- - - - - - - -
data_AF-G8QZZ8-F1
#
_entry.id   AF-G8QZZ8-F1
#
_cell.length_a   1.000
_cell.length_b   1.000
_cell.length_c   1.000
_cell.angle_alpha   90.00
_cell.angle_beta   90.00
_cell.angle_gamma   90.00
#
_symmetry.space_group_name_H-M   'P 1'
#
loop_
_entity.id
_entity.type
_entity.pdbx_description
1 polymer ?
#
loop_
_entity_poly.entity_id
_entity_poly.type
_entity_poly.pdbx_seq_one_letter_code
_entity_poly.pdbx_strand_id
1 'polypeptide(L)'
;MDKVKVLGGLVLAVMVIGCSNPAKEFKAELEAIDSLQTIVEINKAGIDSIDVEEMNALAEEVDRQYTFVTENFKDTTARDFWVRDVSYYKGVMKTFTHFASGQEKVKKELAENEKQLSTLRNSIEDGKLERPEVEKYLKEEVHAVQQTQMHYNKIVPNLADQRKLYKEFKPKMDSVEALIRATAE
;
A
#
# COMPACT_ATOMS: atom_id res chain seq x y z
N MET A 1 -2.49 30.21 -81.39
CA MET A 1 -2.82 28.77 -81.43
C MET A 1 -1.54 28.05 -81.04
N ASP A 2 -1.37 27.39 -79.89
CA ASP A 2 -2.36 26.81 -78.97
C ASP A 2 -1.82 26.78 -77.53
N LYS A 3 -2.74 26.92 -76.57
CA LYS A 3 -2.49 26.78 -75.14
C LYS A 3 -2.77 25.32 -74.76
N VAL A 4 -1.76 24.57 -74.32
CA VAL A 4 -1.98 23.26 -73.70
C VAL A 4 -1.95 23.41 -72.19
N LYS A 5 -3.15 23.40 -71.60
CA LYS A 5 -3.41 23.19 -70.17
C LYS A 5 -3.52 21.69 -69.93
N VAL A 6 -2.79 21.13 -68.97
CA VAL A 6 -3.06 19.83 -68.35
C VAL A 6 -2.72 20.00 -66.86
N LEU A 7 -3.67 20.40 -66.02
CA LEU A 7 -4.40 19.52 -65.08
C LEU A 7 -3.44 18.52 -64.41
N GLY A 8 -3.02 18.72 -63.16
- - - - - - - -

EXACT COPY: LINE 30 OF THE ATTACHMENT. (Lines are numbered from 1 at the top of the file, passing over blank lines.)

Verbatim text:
# COMPACT_ATOMS: atom_id res chain seq x y z